How to Choose the Right Camera for your Projects? 5 Tips | Tuesday Tutorials


What’s up guys this is Brad Watanabe
coming back at you with another tech tutorial if you’re like me and you love
cameras these are the six that we use in studio all the time on projects and
these are the five steps that I go through when I try to figure out which
camera is right for that project number one budget budget is always going to be
one of the first key indicators for what type of gear you want to use now when I
was first getting started in the industry I owned a Canon t2i that’s all
I could afford I had a kit lens eventually I bought a 50 because
everyone told me that’s what I was supposed to buy but I didn’t have any
clients at the time I just was shooting for fun so I got the budget camera so I
could learn about the aperture and white balance and all of those things so my
budget was zero dollars it was zero dollars because it was what I could
afford and I was just learning stuff I wasn’t actually getting paid to do it so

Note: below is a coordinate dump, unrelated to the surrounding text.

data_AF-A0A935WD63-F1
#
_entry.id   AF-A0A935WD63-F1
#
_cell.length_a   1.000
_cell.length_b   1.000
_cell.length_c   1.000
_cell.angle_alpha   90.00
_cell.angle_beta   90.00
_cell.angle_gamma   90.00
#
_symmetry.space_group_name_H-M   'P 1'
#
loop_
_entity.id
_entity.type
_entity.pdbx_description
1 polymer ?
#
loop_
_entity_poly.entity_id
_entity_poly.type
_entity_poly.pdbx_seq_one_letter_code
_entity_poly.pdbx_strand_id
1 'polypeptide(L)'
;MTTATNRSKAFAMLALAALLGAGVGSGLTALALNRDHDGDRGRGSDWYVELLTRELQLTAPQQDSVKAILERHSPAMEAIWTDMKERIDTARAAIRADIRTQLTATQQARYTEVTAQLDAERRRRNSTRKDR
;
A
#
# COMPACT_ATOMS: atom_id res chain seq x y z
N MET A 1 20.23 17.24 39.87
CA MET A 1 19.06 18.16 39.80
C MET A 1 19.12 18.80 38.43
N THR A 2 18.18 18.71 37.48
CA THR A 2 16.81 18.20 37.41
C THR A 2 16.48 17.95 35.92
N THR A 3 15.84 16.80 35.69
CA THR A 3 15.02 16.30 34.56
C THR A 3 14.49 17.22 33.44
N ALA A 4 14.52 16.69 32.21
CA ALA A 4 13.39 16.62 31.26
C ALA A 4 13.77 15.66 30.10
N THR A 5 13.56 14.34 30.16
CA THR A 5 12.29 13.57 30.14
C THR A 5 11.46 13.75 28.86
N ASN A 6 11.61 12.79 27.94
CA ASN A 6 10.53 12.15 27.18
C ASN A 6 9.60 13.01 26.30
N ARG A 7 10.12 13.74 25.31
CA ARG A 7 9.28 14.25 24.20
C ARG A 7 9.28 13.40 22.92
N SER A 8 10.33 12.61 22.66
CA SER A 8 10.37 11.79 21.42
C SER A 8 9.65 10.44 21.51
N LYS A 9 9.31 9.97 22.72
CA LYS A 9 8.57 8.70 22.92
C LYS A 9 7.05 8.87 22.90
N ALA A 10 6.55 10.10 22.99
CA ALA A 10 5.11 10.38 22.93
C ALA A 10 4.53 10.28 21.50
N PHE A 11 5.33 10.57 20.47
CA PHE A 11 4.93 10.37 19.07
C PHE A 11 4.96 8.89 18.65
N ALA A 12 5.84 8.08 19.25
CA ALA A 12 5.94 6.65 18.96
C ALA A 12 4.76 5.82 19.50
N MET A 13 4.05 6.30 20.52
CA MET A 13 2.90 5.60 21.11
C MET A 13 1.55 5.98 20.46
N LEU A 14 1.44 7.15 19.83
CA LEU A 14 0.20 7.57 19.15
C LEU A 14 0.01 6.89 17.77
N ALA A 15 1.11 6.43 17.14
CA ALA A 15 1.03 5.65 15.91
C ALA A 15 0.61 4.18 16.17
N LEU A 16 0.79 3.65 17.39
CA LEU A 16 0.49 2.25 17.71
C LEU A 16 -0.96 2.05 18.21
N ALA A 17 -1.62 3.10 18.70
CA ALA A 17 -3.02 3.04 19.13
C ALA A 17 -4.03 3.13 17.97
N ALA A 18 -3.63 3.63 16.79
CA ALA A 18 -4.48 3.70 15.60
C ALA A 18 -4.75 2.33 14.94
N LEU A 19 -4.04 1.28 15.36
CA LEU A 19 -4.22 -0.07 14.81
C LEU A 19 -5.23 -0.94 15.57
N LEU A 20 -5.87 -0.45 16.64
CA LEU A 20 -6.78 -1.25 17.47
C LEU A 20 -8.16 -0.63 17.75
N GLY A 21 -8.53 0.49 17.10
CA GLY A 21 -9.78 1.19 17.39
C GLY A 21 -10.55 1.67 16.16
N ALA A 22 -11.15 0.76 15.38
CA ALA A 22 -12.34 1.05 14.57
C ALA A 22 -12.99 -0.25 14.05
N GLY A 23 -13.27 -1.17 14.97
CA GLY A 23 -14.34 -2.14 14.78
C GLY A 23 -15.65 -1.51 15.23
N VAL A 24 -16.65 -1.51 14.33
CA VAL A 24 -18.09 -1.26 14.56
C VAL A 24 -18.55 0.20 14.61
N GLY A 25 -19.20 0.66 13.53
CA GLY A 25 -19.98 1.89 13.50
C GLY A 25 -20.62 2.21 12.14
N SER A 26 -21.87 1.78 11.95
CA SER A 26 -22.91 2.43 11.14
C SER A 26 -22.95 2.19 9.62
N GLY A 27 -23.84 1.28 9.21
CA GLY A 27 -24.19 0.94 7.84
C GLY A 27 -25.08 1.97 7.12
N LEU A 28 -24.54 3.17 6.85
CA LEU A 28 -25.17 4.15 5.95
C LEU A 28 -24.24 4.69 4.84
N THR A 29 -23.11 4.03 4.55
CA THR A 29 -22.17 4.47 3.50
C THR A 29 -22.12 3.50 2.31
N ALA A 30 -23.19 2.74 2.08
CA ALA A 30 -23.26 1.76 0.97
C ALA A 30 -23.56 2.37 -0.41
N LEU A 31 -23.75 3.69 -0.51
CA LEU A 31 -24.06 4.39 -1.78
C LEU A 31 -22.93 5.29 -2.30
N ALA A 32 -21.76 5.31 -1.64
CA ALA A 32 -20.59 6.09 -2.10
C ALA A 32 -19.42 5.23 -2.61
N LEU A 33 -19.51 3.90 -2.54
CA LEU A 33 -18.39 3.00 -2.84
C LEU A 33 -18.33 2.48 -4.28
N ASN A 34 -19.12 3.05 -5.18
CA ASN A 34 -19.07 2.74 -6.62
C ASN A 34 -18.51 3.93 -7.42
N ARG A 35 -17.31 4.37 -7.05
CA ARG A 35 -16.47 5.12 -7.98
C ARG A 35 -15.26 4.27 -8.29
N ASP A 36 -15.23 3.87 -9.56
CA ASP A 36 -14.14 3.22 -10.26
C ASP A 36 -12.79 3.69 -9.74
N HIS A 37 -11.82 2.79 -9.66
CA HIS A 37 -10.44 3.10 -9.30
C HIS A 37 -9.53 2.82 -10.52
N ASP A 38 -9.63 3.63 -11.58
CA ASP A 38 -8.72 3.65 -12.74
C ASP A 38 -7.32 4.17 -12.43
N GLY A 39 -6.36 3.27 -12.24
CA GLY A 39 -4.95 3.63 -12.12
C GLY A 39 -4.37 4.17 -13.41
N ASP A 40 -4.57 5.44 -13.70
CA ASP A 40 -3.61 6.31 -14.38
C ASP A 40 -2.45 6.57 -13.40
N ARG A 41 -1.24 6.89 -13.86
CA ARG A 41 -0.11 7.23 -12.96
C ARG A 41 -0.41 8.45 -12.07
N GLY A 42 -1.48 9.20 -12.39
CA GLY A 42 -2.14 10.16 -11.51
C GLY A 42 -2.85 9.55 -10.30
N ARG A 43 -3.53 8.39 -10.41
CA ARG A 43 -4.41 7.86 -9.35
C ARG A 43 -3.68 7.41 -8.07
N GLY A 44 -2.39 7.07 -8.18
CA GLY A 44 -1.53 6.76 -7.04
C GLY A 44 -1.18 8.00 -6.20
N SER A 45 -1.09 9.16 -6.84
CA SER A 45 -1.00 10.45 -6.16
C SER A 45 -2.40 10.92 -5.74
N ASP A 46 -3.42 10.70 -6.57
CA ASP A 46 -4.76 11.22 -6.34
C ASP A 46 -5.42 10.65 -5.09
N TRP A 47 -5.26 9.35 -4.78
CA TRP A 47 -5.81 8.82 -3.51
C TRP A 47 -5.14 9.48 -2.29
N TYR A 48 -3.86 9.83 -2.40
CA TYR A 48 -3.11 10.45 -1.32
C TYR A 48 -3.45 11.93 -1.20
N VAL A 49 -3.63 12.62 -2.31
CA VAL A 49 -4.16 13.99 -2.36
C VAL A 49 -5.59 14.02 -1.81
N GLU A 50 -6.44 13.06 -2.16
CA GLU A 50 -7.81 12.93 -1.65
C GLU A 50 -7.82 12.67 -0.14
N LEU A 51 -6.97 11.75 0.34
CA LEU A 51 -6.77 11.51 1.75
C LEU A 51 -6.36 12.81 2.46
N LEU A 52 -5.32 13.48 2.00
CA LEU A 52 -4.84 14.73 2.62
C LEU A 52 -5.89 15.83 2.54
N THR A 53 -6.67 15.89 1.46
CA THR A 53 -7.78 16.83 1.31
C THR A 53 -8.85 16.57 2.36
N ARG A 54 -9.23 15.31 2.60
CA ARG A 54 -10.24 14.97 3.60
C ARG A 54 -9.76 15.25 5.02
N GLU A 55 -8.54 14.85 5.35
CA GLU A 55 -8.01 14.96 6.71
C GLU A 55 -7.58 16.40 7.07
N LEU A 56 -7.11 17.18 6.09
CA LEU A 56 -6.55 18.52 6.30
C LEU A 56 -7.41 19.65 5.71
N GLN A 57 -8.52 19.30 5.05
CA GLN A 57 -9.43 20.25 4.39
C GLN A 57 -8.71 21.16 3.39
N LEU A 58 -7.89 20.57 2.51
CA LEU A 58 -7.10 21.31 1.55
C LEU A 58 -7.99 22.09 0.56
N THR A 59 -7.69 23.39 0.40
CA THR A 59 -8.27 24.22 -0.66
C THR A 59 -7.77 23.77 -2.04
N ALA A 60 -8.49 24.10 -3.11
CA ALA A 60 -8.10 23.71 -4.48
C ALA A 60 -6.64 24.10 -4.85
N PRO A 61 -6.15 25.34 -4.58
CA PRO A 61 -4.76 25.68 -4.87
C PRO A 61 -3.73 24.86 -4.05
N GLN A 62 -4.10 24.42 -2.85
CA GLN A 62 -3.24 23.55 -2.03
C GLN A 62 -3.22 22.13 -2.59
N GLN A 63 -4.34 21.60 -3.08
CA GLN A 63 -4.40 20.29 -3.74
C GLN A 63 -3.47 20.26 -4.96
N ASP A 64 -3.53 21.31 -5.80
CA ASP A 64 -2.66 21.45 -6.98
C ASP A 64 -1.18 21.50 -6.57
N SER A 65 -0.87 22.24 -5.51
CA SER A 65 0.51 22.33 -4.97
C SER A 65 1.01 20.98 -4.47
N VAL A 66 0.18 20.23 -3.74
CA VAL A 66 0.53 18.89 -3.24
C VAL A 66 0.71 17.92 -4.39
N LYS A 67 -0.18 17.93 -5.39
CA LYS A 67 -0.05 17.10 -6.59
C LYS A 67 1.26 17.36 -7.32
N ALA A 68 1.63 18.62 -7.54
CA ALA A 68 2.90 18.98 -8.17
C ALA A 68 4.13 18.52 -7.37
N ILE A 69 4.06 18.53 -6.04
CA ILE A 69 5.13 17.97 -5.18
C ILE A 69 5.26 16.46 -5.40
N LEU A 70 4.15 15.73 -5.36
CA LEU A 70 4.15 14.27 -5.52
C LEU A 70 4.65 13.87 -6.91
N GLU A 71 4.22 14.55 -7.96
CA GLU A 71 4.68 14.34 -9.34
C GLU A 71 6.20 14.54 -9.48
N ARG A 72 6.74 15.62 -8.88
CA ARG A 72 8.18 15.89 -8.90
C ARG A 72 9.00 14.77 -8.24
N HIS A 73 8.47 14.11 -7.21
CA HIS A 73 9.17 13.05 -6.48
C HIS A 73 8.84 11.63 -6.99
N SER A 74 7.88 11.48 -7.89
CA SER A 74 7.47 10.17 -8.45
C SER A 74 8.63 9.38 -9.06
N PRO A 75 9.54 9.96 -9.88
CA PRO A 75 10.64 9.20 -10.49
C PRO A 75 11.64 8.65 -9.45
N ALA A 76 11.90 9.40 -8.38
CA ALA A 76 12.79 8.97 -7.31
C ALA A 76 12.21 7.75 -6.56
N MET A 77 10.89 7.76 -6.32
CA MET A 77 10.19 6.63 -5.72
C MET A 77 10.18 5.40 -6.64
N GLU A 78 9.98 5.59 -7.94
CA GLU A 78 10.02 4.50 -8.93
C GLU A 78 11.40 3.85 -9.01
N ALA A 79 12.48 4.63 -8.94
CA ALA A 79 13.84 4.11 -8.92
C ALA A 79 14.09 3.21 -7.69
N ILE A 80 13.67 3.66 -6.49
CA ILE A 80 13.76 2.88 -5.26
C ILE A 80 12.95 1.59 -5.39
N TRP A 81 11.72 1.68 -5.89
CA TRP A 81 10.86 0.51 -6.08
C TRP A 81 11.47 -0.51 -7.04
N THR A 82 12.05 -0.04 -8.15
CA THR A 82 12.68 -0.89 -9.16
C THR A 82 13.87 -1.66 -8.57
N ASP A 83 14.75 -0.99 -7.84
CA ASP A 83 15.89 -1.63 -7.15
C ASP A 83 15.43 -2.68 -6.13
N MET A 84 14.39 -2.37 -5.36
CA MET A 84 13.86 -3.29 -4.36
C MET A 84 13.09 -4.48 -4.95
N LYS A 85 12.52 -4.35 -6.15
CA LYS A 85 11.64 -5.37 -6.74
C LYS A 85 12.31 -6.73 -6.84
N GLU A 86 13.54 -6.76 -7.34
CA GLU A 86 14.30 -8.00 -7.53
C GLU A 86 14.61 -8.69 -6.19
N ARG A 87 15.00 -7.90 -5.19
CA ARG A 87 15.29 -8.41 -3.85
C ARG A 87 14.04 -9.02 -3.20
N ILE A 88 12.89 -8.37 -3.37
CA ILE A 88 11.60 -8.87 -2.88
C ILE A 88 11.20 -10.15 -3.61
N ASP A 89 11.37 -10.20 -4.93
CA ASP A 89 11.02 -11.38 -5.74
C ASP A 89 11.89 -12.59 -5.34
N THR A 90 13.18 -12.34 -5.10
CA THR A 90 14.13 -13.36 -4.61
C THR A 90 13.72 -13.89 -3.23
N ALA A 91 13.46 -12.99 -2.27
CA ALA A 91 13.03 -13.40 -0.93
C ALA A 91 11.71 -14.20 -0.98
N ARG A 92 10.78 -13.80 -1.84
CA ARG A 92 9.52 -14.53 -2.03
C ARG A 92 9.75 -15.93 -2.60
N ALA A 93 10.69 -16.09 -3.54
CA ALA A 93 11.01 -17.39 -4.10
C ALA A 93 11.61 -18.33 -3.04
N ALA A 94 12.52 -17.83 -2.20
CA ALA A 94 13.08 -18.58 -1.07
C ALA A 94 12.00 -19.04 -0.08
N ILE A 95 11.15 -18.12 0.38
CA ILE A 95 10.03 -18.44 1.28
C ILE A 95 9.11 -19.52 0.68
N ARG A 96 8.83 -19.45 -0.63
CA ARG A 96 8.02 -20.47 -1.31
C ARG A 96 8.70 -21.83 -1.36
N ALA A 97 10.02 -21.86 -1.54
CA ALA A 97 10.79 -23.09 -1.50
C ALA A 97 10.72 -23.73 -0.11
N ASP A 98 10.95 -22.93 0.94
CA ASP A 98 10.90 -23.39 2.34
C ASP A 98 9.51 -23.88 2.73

I bought what I could afford or what my wife would allow me to invest in but
with clients you talked to them about what their budgets are before we even
get into the tech if they’ve got a thousand dollars for their budget it’s
it’s not going to be a red project for us because our camera package for the
red costs is more than a thousand dollars for a day just for the camera
you might be more in line with using like a small camera like Osmo or even
your phone if those are the types of budgets that you work with as I started
to move along in my experience I had another budget factor come into play I
would start to invest in other cameras I went from the t2i up to the 5d mark ii
to the 5d mark 3 eventually I ended up buying a C 100 and
I was always conflicted because I wanted to get the best image quality I could
make and I knew that wasn’t on my t2 I knew it was on my C 100 so I had to